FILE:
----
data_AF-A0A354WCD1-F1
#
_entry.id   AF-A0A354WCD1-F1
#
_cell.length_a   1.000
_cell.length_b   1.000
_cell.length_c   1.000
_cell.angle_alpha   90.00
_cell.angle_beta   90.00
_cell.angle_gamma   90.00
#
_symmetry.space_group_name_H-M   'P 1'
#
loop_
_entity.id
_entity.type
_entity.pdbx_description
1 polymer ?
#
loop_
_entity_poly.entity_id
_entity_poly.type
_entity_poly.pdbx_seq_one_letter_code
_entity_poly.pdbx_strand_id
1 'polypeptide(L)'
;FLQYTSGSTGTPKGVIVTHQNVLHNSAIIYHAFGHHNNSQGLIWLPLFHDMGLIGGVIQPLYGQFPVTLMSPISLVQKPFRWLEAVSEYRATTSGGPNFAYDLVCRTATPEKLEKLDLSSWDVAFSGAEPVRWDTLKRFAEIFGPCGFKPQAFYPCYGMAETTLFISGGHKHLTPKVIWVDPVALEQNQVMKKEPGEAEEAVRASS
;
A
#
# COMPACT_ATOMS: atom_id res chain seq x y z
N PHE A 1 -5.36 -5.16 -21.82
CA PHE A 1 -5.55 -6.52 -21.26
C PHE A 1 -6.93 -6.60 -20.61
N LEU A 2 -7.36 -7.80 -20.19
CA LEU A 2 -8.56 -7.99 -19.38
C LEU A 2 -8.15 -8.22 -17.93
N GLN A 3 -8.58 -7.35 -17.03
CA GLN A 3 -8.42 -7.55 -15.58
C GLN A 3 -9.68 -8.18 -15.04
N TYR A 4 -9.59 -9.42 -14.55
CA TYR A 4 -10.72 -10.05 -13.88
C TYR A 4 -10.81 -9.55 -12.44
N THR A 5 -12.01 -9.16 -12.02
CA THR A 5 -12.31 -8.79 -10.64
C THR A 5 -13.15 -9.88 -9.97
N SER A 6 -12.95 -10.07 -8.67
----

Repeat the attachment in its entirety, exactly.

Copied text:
data_AF-A0A354WCD1-F1
#
_entry.id   AF-A0A354WCD1-F1
#
_cell.length_a   1.000
_cell.length_b   1.000
_cell.length_c   1.000
_cell.angle_alpha   90.00
_cell.angle_beta   90.00
_cell.angle_gamma   90.00
#
_symmetry.space_group_name_H-M   'P 1'
#
loop_
_entity.id
_entity.type
_entity.pdbx_description
1 polymer ?
#
loop_
_entity_poly.entity_id
_entity_poly.type
_entity_poly.pdbx_seq_one_letter_code
_entity_poly.pdbx_strand_id
1 'polypeptide(L)'
;FLQYTSGSTGTPKGVIVTHQNVLHNSAIIYHAFGHHNNSQGLIWLPLFHDMGLIGGVIQPLYGQFPVTLMSPISLVQKPFRWLEAVSEYRATTSGGPNFAYDLVCRTATPEKLEKLDLSSWDVAFSGAEPVRWDTLKRFAEIFGPCGFKPQAFYPCYGMAETTLFISGGHKHLTPKVIWVDPVALEQNQVMKKEPGEAEEAVRASS
;
A
#
# COMPACT_ATOMS: atom_id res chain seq x y z
N PHE A 1 -5.36 -5.16 -21.82
CA PHE A 1 -5.55 -6.52 -21.26
C PHE A 1 -6.93 -6.60 -20.61
N LEU A 2 -7.36 -7.80 -20.19
CA LEU A 2 -8.56 -7.99 -19.38
C LEU A 2 -8.15 -8.22 -17.93
N GLN A 3 -8.58 -7.35 -17.03
CA GLN A 3 -8.42 -7.55 -15.58
C GLN A 3 -9.68 -8.18 -15.04
N TYR A 4 -9.59 -9.42 -14.55
CA TYR A 4 -10.72 -10.05 -13.88
C TYR A 4 -10.81 -9.55 -12.44
N THR A 5 -12.01 -9.16 -12.02
CA THR A 5 -12.31 -8.79 -10.64
C THR A 5 -13.15 -9.88 -9.97
N SER A 6 -12.95 -10.07 -8.67